I appreciate this statement from conservative college student Jacob Abel: “One of the problems is the conversations around climate change tend toward left vs. right, action vs. inaction, believers vs. deniers. Also stale, the solutions on the table default toward big government, rapid renewable integration ideas that may not be realistic yet have been passed around for decades. Yes, we need renewables – they are the future – but how can we integrate renewable energy while transitioning away from fossil fuels without creating too negative an impact on communities that rely on fossil fuel production?” He adds, “Organizations such as RepublicEN, which advocates for free-market based solutions to climate change have the right idea: put a price on carbon, ensure the revenues remain neutral (i.e. don’t grow the government but instead use to offset a tax cut or provide a dividend to citizens) and watch innovation soar. Utilizing both the technologies of the past and innovations of the future is the best way forward.”
Kudos to Abel and all our youth for recognizing we need policy change from our representatives to change the current trajectory. I hope Sen. Gardner and Rep. Tipton are listening.
– Ed Atkinson, Durango
- A thank you to all of the locals
To the editor,
It’s been a tough summer: wildfires, smoke, mudslides. We all know someone affected in some way. As a downtown merchant, I would like to thank the locals for coming down to support the stores and restaurants. I would also like to encourage my friends who own shops and eateries downtown to hang in there!
We will get through this together. During times like these, there is no other place I would rather be than Durango.
We will emerge stronger than ever.
– Karyn Gabaldon, Durango
- To keep long-term rights, act now
To the editor,
The nomination of Brett Kavanaugh to the Supreme Court raises many troubling questions, but for me this question is critical: 40 years from now, will the American people have fewer rights and opportunities than we do now?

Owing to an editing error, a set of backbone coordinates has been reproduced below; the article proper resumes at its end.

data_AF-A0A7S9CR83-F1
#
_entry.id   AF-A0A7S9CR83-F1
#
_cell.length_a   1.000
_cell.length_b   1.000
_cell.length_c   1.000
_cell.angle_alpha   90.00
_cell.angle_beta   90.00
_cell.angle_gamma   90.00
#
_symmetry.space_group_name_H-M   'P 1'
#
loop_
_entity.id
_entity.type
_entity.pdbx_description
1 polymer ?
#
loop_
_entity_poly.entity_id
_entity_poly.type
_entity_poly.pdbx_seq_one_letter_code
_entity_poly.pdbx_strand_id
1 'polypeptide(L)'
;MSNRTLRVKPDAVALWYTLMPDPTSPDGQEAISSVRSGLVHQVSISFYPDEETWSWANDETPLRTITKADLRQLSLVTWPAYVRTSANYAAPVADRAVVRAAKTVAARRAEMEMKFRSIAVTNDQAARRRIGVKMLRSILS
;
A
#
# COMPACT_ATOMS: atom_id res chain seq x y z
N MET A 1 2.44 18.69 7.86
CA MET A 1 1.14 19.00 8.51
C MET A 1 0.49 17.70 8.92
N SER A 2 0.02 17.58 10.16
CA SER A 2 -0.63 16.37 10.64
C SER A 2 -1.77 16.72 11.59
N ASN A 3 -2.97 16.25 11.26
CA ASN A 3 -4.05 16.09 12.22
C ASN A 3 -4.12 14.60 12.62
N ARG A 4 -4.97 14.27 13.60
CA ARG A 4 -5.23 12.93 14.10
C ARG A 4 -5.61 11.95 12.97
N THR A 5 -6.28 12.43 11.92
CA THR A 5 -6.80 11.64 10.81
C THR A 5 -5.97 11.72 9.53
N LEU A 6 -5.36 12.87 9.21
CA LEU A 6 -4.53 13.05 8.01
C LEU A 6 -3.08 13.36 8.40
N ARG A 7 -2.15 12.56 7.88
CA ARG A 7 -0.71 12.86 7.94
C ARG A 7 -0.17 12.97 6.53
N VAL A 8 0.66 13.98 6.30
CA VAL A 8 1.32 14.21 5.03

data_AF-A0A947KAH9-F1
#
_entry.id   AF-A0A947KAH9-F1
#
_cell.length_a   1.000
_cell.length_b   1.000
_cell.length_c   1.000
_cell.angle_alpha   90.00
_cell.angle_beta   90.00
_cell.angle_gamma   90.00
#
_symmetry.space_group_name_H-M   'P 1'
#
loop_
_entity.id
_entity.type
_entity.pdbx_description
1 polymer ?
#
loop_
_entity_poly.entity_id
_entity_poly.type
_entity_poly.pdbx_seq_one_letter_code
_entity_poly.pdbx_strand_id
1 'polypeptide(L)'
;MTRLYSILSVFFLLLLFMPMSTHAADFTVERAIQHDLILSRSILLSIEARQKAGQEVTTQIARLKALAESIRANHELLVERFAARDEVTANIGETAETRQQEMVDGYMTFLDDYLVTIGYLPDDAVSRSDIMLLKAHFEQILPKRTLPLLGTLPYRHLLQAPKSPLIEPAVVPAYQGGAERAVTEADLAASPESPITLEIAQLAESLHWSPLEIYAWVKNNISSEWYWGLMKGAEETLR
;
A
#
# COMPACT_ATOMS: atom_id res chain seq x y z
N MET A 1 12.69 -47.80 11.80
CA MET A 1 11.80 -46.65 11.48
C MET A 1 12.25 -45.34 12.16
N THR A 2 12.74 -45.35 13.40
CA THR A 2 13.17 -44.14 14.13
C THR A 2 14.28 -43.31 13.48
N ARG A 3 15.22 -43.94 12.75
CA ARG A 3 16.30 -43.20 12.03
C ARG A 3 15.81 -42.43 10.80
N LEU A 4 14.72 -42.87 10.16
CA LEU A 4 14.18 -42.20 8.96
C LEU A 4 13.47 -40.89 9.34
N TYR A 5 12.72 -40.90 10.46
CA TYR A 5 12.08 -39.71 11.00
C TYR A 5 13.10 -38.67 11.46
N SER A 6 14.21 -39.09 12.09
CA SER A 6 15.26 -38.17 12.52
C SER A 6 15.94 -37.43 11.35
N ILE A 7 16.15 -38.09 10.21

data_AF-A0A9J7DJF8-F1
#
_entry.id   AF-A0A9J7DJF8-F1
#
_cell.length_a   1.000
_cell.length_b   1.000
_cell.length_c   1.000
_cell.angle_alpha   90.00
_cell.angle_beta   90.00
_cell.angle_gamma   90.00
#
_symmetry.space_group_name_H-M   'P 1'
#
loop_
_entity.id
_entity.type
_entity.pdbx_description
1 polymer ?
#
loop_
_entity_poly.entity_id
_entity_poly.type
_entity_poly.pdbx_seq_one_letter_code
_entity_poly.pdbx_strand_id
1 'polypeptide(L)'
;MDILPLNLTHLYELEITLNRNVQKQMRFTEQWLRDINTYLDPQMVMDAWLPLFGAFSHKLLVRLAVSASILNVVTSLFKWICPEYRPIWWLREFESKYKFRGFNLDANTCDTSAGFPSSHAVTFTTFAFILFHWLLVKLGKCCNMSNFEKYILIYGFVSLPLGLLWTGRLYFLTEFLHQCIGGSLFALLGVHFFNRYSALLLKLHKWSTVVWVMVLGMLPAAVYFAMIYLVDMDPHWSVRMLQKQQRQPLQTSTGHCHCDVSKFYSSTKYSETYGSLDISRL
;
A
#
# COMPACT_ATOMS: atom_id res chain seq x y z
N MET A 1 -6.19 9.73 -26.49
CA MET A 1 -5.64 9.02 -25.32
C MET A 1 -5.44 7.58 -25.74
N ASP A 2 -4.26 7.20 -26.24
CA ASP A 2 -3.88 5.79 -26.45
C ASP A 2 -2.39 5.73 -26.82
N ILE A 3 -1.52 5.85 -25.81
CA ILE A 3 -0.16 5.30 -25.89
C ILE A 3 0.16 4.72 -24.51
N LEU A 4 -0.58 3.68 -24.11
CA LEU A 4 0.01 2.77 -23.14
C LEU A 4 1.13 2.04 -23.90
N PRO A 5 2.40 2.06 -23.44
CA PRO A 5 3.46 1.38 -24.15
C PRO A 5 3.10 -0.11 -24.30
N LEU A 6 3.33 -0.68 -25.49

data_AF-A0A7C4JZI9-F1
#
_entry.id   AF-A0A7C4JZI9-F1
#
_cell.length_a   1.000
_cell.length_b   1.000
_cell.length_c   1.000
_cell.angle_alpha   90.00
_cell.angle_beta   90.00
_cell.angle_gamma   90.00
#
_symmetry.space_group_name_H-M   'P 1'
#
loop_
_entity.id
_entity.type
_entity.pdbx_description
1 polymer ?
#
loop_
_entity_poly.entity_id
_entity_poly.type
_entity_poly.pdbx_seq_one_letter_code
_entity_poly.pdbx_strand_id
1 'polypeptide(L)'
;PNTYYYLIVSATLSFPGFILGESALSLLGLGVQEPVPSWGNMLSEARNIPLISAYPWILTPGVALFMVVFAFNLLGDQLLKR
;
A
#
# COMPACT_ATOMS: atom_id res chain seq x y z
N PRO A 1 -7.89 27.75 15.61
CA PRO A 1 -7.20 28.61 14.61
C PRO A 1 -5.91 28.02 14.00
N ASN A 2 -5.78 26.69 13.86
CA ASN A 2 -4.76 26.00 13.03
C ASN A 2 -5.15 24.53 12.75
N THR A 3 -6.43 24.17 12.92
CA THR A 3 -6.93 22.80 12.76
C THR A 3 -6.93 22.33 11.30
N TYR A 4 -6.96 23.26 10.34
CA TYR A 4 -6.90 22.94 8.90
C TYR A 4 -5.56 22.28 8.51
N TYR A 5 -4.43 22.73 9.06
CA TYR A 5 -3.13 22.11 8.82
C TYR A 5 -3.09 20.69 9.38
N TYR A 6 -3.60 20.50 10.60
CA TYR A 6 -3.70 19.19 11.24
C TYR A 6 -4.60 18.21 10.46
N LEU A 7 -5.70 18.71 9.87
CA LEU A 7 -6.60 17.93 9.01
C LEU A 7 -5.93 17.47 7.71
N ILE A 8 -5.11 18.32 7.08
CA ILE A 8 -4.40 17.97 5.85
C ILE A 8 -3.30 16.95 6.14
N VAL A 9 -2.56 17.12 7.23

Judge Kavanaugh has consistently decided against working people’s rights, consumers’ rights, voting rights, women’s rights, the right to privacy, and science-based protections for our environment and public health. He has been outright hostile to the Affordable Care Act and the more overarching idea that all Americans need access to quality, affordable health care. He has turned a blind eye to elderly Americans and their retirement security. He consistently favors large, multinational corporations and Wall Street over Main Street and the majority of Americans. His decisions have aimed to overturn fundamental legal protections and advances gained throughout the 20th and 21st centuries, striking at the heart of our American Dream.
Many have referred to Kavanaugh as “an originalist,” a jurist committed to interpreting our Constitution “as it is written.” Since 1787, we the people have worked to expand human rights, civil rights and equal protection under the law for ALL, not just a privileged few. Kavanaugh’s jurisprudence aims to roll back these advances while – ironically – also lending legal weight to something that emphatically was NOT in our 1787 Constitution: corporate personhood.
His decisions suggest that he does not realize or does not care that the economic opportunity ladder in our country is now missing critical rungs for the middle class due in part to recent court cases that unabashedly favor large corporations over employees and consumers.
Members of the U.S. House have no direct authority on the confirmation of Supreme Court nominees, but our representatives do have the responsibility to protect our rights through Legislation. House members have the duty to check and balance the powers of the Executive and Judicial branches, but Scott Tipton has proven that he is unwilling to protect what voters in the 3rd Congressional District value. Now – more than ever – we need a congresswoman who can effectively legislate and protect the interests of all the people.
If you are as committed as I am to ensuring that in 40 years we all have fundamental legal protections and real economic opportunities, please consider funneling your concern into action. Our campaign needs as many volunteers as we can get.
– Diane Mitsch Bush, Democratic nominee for Congress